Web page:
Community Grants - Delivering Social Impact
Since launching a Community Grant scheme in 2017, the University of Edinburgh has invested over £555,000 in more than 210 community projects in south-east Scotland.
Since launching a Community Grant scheme in 2017, the University of Edinburgh has invested over £555,000 in more than 210 community projects in south-east Scotland. The scheme has created or strengthened relationships between the University and more than 170 local community organisations. The grants of up to £5,000 have, based on a conservative estimate, had direct benefit for more than 26,000 local people.
The Community Grant scheme reflects the special importance the University places on its role within the city region. Founded by Edinburgh’s Town Council in 1583, the University is the oldest university in the English-speaking world to be established on a civic foundation. The University was the first in Scotland to have a formal community engagement strategy (launched 2016) and social and civic responsibility is one of the four focuses of the University’s Strategy 2030.
The Community Grant scheme funds projects which aim to have a positive social impact, and a recent evaluation of the scheme’s impact over the last five years showed that over 50% of projects contributed to United Nations Sustainable Development Goal 3 – Good Health and Wellbeing. Around half of the projects also reported to have contributed to Goal 10 – Reduced Inequalities.
The scheme aims to be more than just funding and builds a sense of community through meetups, sharing knowledge and opportunities. Most completed projects have continued beyond the University-funded period, and in some cases, the University’s name has helped leverage further funding. University funding also allowed proof of concept and building of relationships that were then used to continue initiatives.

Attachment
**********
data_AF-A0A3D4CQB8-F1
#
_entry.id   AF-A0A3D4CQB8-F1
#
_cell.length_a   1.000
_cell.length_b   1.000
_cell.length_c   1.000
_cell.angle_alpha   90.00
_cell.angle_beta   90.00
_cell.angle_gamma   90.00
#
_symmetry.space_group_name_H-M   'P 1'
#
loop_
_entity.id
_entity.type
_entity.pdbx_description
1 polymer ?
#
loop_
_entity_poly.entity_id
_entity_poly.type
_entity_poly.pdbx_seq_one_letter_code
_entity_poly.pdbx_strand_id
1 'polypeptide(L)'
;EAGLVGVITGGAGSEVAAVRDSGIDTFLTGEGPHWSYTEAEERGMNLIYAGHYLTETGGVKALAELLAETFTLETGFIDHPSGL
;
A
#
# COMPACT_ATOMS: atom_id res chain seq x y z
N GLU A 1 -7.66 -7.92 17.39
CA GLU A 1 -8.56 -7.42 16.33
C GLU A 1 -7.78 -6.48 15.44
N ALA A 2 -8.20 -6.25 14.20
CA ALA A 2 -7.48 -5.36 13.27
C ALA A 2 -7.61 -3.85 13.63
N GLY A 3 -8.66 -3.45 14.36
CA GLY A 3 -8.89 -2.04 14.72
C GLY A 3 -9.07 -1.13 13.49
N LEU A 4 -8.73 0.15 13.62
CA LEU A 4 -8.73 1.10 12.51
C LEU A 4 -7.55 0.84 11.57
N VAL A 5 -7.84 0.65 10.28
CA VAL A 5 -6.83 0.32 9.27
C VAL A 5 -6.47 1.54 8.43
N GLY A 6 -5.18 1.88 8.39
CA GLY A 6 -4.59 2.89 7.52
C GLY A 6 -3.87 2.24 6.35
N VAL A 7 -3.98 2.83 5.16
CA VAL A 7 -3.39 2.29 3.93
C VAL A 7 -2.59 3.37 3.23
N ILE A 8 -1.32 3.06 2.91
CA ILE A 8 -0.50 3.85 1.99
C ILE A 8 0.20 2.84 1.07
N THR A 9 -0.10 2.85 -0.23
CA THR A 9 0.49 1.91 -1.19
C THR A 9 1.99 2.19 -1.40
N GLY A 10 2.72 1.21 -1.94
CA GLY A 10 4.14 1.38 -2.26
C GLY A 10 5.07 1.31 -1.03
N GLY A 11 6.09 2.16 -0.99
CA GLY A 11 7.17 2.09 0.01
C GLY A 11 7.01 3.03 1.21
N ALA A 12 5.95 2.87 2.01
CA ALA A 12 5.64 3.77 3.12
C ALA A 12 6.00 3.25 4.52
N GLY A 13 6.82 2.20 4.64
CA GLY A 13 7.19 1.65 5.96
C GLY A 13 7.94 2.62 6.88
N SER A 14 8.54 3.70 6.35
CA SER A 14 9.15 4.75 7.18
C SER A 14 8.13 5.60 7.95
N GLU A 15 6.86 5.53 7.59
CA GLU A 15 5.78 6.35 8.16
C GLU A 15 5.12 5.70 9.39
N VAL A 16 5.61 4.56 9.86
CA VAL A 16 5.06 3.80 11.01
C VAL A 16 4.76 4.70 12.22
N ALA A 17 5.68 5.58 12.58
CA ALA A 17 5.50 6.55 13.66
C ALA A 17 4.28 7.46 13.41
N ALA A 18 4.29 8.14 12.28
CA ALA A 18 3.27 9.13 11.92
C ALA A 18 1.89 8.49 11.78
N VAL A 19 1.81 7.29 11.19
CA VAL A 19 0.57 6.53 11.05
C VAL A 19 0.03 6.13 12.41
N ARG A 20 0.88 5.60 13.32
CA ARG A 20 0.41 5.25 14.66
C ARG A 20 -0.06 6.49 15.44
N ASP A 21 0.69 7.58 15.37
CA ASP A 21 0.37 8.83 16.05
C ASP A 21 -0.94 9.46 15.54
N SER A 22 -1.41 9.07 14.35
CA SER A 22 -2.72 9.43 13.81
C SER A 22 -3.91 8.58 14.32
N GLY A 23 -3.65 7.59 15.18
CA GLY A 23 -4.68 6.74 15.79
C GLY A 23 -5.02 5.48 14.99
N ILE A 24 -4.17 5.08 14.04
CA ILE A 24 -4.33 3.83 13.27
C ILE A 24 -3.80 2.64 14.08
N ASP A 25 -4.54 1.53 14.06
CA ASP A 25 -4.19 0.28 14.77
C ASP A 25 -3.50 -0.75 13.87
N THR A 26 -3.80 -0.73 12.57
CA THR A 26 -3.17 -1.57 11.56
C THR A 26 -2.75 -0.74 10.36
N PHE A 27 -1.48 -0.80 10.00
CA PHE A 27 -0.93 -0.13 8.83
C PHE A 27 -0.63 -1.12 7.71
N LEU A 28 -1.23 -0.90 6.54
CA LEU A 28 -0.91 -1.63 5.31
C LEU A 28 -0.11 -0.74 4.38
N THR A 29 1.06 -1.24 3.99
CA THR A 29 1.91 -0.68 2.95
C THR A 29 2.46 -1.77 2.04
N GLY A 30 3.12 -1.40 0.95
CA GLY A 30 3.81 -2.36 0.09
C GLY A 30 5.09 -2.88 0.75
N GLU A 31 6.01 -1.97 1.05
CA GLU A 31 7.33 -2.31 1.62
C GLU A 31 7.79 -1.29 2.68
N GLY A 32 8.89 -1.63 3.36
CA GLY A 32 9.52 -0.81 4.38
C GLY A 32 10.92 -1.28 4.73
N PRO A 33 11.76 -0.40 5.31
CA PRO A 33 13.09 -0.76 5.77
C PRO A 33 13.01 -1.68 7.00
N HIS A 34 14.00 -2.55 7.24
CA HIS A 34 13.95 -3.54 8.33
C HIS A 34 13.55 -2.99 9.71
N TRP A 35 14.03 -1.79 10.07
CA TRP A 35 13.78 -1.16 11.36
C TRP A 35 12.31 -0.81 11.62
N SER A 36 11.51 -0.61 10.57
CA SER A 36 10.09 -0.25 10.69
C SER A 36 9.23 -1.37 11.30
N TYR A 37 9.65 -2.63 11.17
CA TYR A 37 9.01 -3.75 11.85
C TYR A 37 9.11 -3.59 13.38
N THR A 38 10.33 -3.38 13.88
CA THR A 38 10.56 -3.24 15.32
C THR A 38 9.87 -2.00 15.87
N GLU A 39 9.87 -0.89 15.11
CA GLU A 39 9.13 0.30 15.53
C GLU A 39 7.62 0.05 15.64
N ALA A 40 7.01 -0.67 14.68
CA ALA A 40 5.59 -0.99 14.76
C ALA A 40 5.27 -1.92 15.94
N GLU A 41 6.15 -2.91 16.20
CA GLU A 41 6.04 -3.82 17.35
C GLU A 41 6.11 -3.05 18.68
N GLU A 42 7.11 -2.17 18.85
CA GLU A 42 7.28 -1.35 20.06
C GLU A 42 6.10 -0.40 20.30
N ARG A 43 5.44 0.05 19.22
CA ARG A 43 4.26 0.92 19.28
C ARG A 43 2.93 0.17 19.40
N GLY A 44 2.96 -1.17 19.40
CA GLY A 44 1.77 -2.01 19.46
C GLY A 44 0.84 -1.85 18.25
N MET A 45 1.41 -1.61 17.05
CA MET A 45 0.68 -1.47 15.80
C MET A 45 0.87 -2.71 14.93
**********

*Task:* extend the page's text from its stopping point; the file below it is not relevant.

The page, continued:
We had established the need for a service such as this, but hadn’t yet secured funding. To have Edinburgh University on board from early on acted as leverage for significant funding from several different supporters and we are extremely grateful for the University’s early adoption of this project. Funding has now been secured for the project for the current year YR2 and in part for YR 3.
West Lothian Financial Inclusion Network
West Lothian Financial Inclusion Network is a SCIO (Scottish Charitable Incorporated Organisation) registered charity which aims to ensure that all West Lothian residents are aware of their financial choices and promotes access to financial advice, financial products, and other services, particularly for the most excluded social groups.
West Lothian Financial Inclusion Network has successfully received five rounds of grant funding under the Community Grants scheme. This includes one substantive grant, and four micro-grants including the Covid-19 and sustainability themed micro-grant funding.
All funded projects supported children and families experiencing food poverty, social isolation, and financial instability by providing meals, winter essentials and inclusive means of shopping affordably.
In 2021, the Team North Pole project provided over 900 Christmas-wrapped shoeboxes, filled with new practical gifts and festive treats, to vulnerable families. This alleviated the stress for parents already concerned about meetings their essential outgoings.
Leith Covid Memorial Tiles, Leith Community Pottery
This is a community arts project that provides a safe space for community members to create individualised ceramic tiles that memorialise losses and bereavements from Covid-19. Andy Lang, the Potter of Leith, is working together with University staff (Binks Hub) to deliver this project.